Originally Posted by Koukouvagia
Michael, I didn't know bangers and mash has cabbage in it, really? I usually make my bangers with an onion gravy - care to share a recipe with cabbage in it?
It might be a bit more of an Irish tradition than British to put cabbage in the dish, I guess more like colcannon.
I don't have a recipe per say but rather a method.
Strongly seasoned but lean mashed potatoes, smothered in a tart onion and cabbage braise, topped with deliciously rich and fatty pork sausages.
Take your left over mashed potatoes (or make new) and add a bunch of fairly strong seasonings, but not to much butter or cream; they are balanced by the ample fat in the sausages.
Some common seasonings mustard, nutmeg (not much) green onions, kale (or other greens), lots of S&P, paprika, just about anything savory.
Make a gravy containing onions and cabbage. It should be slightly sweet and a bit sour or acidic as this will tie the potatoes and sausages together. It should be bright and intensely flavoured. Good additions are greens,green onions, carroway seeds, or even a few poppy seeds, a splash of vinegar or lime juice (even juice concentrate) maybe some cubed lean ham or bacon (canadian / irish style bacon that is). Beer or wine (usually leftover from the night before's festivities would also be acceptable)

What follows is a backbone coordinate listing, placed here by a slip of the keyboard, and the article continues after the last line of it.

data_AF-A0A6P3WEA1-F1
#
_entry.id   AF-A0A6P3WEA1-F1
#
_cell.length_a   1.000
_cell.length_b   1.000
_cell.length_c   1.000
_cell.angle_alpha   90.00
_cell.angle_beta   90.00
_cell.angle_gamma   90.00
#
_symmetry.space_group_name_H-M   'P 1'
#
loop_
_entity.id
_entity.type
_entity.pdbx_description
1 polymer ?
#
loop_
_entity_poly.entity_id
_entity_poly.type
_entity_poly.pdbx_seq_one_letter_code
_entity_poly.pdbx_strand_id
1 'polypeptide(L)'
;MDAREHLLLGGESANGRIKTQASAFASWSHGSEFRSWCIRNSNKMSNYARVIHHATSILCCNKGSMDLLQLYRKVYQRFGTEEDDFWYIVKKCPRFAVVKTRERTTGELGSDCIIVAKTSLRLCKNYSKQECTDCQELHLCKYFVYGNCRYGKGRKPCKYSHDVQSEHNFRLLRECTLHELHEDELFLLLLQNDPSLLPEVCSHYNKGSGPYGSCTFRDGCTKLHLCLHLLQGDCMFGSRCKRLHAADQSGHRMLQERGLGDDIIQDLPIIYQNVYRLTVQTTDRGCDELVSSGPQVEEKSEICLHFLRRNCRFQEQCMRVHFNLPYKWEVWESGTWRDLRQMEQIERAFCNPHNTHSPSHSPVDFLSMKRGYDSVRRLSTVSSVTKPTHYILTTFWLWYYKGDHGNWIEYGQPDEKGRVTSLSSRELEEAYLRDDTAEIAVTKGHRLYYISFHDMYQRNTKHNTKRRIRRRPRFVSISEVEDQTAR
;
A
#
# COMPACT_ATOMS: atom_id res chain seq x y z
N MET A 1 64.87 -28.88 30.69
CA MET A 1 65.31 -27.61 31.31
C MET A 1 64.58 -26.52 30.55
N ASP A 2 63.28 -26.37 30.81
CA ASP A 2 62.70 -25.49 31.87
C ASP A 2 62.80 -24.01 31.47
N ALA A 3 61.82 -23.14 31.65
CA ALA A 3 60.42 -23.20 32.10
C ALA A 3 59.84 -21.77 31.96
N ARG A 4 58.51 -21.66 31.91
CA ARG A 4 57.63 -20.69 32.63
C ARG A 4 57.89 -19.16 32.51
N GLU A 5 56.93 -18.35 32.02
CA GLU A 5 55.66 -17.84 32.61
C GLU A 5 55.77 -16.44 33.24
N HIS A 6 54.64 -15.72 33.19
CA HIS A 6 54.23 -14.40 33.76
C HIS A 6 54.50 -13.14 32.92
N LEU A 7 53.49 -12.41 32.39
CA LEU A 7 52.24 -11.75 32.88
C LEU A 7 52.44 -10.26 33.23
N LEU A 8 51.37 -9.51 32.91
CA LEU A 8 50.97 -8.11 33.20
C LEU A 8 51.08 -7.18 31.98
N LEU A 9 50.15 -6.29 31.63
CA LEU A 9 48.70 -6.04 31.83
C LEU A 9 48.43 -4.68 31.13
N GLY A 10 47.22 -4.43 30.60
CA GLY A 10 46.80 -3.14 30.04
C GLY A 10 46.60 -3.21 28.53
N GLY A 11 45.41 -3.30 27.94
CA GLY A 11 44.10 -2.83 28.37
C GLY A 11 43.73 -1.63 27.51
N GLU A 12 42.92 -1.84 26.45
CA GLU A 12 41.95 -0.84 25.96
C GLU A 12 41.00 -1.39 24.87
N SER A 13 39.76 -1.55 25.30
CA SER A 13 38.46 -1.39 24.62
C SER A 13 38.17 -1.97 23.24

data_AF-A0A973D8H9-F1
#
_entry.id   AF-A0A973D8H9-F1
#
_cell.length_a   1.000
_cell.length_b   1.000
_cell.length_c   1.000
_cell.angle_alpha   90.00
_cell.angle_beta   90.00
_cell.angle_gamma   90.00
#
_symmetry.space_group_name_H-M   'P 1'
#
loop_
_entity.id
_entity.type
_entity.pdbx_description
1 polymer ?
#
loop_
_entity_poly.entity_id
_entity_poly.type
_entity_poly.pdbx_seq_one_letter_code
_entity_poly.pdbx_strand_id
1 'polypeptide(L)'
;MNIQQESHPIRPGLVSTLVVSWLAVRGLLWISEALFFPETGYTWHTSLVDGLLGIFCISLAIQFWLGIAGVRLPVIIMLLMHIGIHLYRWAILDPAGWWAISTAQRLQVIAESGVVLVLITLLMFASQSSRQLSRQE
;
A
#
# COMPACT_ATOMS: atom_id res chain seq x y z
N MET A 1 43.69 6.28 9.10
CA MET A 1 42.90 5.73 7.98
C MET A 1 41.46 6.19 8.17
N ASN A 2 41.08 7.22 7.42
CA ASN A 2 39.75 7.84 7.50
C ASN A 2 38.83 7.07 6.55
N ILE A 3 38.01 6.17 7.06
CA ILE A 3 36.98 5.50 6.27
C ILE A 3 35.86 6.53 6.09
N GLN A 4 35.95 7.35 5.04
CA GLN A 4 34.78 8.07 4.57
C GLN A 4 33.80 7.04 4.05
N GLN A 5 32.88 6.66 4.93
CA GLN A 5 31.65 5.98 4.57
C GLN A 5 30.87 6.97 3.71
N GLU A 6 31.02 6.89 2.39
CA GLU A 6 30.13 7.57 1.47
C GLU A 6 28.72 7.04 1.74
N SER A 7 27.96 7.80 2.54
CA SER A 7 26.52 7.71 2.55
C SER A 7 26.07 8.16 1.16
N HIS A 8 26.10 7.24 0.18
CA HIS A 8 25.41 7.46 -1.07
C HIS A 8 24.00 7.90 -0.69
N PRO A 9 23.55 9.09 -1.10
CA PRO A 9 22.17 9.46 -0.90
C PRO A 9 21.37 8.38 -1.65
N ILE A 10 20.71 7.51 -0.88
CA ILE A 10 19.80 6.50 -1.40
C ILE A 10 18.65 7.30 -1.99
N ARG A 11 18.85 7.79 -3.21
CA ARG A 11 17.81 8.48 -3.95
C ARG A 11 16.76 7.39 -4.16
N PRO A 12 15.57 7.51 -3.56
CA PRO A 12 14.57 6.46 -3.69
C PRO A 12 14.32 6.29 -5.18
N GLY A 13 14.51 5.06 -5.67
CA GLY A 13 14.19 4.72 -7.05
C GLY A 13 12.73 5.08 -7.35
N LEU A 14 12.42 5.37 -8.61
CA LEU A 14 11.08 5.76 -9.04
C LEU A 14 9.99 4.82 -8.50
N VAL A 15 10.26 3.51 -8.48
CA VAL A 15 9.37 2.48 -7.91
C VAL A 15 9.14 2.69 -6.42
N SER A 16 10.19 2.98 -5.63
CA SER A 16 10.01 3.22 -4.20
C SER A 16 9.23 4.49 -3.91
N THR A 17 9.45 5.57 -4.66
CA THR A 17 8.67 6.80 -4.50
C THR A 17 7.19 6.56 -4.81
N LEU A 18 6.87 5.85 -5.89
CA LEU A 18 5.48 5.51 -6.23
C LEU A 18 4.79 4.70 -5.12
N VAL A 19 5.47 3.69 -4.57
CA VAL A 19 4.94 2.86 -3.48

For the sausages you must use full fat english style sausages. They should be gently simmered in beer or other flavourful liquid until 140 degrees internal and then quickly wiped off and given a hard sear to produce good markings and color. The end temp should be 150 - 155 for home cooking meat from a reliable butcher but 160 is the 'legal' temp you need to hit commercially.
The sausages should not burst or split, if they do you are cooking at too high of a temp, or you started the sear with an overcooked or maybe torn skin sasauge. The idea is you want the diner to cut them open and have all the lovely juices flow down over the gravy and mash (just like a soft egg, which by the way would go great with this dish).
Anyway mashed on the bottom, followed by the 'gravy' or braise (i call it a braise because there is not usually so much stuff in a gravy) and then topped by the sausage.
I don't think that it can actually be done wrong - it's a new meal often made from leftover food. It's also a 'traditional' dish so everyone and their grandmother will have a favourite.
Kind of like there is no "proper" recipe for Stew, Chile or numerous others.